Man and poultry harbor many microorganisms which are actually necessary for maintaining a healthy normal life. Micro organisms can be classified as the friendly and the pathogenic ones. The friendly ones keep us away from diseases where as the pathogens cause diseases. In our earlier days we tried preventing diseases by the use of antibiotics. However we are now quickly recognizing that these antibiotics did not differentiate between the useful and the harmful bacteria and killed each one. This made the body of the bird more prone to diseases and antibiotic resistance, which could be also transferred to human beings who eventually consume the birds.
What could be the other way to prevent disease?
Probiotics or the useful microbes are the possible answer.
What are probiotics?
Probiotics are live microbial feed supplements which beneficially affect the host by improving its intestinal microbial balance and thus optimizes health (Fuller, 1992). Correspondingly, in feed regulation, probiotics are included in the group of feed additives for stabilizing the microbial communities of the digestive tract in monogastric animals and ruminants. They are also known as digestive bioregulators or direct-fed microbials (DFMs).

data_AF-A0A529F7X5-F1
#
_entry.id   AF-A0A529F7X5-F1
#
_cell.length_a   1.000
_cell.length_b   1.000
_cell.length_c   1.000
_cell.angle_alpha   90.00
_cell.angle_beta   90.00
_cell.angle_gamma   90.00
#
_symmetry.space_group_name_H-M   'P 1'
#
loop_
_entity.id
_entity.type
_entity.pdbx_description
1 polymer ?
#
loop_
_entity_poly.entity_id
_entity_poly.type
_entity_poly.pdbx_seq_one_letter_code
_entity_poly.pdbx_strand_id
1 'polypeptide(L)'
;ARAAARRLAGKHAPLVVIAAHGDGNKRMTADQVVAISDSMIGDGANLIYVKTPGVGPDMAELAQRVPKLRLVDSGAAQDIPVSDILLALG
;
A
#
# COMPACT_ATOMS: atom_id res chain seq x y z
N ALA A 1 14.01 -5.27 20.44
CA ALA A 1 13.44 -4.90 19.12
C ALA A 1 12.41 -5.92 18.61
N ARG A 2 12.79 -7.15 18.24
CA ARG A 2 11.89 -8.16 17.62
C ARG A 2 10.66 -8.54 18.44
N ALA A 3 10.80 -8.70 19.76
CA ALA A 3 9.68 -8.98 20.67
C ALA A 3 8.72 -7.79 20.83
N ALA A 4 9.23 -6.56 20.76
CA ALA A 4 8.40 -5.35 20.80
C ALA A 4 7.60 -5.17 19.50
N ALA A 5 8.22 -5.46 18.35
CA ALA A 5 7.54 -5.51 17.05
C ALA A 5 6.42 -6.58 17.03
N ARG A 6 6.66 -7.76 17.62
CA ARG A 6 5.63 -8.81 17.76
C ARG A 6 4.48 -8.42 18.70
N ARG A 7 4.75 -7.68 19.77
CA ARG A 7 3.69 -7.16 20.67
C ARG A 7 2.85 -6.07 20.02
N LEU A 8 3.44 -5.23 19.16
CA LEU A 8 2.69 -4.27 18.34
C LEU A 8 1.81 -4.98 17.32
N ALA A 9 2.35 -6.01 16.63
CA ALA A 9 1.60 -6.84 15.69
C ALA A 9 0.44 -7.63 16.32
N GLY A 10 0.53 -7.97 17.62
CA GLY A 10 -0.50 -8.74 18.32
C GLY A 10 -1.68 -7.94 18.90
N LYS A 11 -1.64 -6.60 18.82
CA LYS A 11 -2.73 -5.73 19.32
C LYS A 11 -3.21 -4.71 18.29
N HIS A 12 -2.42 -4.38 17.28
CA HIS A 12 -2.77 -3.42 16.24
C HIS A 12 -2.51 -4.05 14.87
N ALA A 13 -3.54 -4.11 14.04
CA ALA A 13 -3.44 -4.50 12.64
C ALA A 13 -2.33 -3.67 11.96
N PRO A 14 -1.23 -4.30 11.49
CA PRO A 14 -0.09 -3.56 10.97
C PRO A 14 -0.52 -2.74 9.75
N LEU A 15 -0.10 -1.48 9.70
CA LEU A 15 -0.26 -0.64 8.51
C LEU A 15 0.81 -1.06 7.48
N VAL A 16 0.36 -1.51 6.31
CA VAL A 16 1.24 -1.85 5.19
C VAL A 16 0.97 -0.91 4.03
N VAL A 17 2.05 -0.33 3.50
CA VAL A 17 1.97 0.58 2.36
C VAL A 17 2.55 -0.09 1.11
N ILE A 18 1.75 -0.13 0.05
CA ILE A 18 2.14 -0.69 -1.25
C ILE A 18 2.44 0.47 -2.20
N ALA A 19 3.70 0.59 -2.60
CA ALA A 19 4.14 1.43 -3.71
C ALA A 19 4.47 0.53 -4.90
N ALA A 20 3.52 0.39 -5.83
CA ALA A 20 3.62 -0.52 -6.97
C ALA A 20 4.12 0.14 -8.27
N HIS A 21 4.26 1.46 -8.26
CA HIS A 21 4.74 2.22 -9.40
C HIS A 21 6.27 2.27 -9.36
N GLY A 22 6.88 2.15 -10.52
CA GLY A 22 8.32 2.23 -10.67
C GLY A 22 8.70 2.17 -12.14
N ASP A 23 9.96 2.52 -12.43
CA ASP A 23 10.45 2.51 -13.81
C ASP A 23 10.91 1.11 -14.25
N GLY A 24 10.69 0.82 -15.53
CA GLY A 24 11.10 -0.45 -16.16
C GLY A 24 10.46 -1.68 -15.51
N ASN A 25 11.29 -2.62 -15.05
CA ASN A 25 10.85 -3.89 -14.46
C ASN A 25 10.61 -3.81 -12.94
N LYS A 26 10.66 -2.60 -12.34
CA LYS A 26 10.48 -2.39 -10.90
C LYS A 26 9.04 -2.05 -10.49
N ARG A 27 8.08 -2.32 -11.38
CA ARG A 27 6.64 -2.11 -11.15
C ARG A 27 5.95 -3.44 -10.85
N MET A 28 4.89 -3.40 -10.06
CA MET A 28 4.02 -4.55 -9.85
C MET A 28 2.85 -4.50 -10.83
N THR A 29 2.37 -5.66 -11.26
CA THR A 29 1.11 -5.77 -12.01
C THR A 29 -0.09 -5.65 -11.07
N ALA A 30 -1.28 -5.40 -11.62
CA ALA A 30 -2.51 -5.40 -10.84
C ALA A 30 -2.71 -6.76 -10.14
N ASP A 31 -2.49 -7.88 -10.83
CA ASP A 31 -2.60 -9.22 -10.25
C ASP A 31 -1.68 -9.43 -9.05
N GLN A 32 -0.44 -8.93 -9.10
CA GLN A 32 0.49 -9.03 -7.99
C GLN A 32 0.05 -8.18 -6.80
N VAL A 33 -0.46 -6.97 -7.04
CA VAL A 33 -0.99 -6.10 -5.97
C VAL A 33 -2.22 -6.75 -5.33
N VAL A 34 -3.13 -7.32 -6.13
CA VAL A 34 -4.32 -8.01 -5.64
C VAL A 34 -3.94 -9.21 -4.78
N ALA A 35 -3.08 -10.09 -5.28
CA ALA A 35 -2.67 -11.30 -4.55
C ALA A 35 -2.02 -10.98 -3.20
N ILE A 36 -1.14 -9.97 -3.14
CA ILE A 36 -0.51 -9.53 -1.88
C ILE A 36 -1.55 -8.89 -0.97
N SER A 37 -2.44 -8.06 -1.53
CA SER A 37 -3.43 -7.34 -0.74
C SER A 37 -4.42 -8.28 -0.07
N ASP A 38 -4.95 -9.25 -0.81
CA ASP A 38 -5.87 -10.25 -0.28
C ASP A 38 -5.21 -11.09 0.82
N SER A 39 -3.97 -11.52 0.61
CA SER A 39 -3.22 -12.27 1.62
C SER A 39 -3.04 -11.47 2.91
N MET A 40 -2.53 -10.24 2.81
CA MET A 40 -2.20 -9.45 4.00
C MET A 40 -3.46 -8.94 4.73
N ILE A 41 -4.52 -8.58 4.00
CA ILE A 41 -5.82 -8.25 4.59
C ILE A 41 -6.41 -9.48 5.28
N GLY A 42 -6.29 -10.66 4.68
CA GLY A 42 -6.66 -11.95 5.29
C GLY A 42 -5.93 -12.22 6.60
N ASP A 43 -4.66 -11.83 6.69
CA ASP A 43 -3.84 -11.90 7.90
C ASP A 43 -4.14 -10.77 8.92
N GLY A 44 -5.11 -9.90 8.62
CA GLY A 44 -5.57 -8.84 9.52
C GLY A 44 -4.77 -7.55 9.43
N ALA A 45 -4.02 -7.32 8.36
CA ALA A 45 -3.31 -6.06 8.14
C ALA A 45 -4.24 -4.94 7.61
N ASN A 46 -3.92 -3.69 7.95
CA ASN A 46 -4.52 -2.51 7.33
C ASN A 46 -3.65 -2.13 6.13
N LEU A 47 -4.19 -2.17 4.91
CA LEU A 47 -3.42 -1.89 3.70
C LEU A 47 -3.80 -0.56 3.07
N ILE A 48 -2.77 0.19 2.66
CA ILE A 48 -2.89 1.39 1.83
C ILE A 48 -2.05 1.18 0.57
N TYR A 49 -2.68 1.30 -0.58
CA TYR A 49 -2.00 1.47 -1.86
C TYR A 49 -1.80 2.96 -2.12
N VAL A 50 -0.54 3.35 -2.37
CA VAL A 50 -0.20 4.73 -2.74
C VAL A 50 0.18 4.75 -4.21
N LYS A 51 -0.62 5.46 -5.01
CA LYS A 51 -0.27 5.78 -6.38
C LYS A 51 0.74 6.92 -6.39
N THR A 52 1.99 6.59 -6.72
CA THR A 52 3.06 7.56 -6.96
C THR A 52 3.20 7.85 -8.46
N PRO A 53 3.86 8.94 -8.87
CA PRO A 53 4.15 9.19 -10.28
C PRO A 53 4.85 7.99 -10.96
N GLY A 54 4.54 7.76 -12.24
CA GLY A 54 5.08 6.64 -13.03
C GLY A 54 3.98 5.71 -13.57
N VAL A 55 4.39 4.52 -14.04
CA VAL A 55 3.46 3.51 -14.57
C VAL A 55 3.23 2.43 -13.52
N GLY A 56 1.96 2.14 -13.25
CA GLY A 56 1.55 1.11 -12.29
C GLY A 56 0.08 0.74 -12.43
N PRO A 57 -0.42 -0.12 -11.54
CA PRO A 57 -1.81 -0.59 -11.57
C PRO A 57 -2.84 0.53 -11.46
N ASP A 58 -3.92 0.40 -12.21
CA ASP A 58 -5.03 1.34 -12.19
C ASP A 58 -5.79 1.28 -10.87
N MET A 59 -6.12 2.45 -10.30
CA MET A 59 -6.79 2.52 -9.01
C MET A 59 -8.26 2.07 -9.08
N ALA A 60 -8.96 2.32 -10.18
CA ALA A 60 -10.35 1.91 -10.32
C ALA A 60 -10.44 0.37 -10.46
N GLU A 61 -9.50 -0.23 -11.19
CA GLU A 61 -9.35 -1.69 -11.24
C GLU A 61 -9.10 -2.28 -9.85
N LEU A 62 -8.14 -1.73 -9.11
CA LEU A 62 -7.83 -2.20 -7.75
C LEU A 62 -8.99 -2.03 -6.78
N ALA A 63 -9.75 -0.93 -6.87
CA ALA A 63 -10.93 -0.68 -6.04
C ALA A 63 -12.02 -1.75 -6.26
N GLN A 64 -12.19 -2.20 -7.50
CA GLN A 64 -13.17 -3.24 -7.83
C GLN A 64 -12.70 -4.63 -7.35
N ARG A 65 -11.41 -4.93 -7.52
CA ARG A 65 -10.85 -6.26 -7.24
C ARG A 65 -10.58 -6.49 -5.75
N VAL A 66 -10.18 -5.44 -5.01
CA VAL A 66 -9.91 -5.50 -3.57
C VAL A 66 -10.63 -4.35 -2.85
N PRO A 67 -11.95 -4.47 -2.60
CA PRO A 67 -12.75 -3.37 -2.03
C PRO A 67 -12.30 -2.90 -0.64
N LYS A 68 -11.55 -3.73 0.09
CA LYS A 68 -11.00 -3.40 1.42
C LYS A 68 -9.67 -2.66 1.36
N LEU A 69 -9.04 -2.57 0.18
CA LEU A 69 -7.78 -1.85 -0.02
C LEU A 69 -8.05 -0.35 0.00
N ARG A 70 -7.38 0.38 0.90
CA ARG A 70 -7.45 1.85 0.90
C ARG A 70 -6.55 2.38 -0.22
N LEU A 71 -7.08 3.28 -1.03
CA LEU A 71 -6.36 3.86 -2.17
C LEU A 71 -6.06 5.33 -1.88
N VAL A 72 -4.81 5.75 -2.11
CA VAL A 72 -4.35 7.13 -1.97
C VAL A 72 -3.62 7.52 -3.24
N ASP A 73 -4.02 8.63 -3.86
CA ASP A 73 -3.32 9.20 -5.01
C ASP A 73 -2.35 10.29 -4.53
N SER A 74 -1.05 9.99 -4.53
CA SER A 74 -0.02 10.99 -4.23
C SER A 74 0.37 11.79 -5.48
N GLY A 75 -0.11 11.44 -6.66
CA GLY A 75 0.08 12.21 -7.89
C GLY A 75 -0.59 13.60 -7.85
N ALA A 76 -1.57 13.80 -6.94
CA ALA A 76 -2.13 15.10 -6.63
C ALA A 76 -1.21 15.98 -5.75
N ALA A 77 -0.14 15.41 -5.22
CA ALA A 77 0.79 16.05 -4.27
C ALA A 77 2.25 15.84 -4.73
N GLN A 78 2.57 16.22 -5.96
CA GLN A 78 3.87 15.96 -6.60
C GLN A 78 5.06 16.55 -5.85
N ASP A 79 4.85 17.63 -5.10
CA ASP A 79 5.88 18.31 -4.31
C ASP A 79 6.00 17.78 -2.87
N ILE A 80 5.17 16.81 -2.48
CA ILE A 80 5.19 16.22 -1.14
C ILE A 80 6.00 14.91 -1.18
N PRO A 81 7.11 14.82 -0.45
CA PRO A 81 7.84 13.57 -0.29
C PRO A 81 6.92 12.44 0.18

Elie Metchnikoff, a Russian biologist who worked around 1900 at the Institute Pasteur in Paris, studied the mystery of the high life expectancy of Cossacks in Bulgaria. He related their extraordinarily high life expectancy of 115 years and more to their very high consumption of fermented milk products. He named the microorganism relevant for the fermentation Bacillus bulgaricus, later classified as Lactobacillus bulgaricus, which was used against scours and gastrointestinal diseases in humans as early as the 1920s.
How probiotics act?
The probiotic bacteria reduce or prevent the growth of pathogenic micro-organisms by competitive inhibition. This competitive inhibition occurs in a number of ways:
- Probiotic bacteria create an unfavorable environment for the harmful bacteria by producing lactic or other organic acids
- The probiotic bacteria produce antibiotic-like substances that kill harmful pathogens.
- The probiotic bacteria feed on the same nutrients as the pathogenic bacteria, thereby limiting their food supply
- The numbers of harmful bacteria are reduced as the probiotic bacteria adhere to the intestinal villus and there by preventing the harmful microbes from adhering to the intestinal villi (no place for pathogens to sit).
In addition, probiotics have been shown to have proteolytic and lipolytic activities which improve the digestion and assimilation of ingested nutrients. They also produce valuable essential vitamins and other nutrients
How probiotics have evolved over the centuries?
The first generation of probiotics used where lactic acid bacteria like
Lactobacillus plantarum, Lactobacillus delbrueckii spp bulgaricus, Lactobacillus rhamanosus, Enterococcus faecium and Bifidobacterium bifidum
Later on the second generation of probiotics evolved which where mainly fungi like Aspergillus etc,
The third generation where the yeasts like sachromyces etc.
However they where having some disadvantages like:
They cannot survive in high bile concentrations of the duodenum.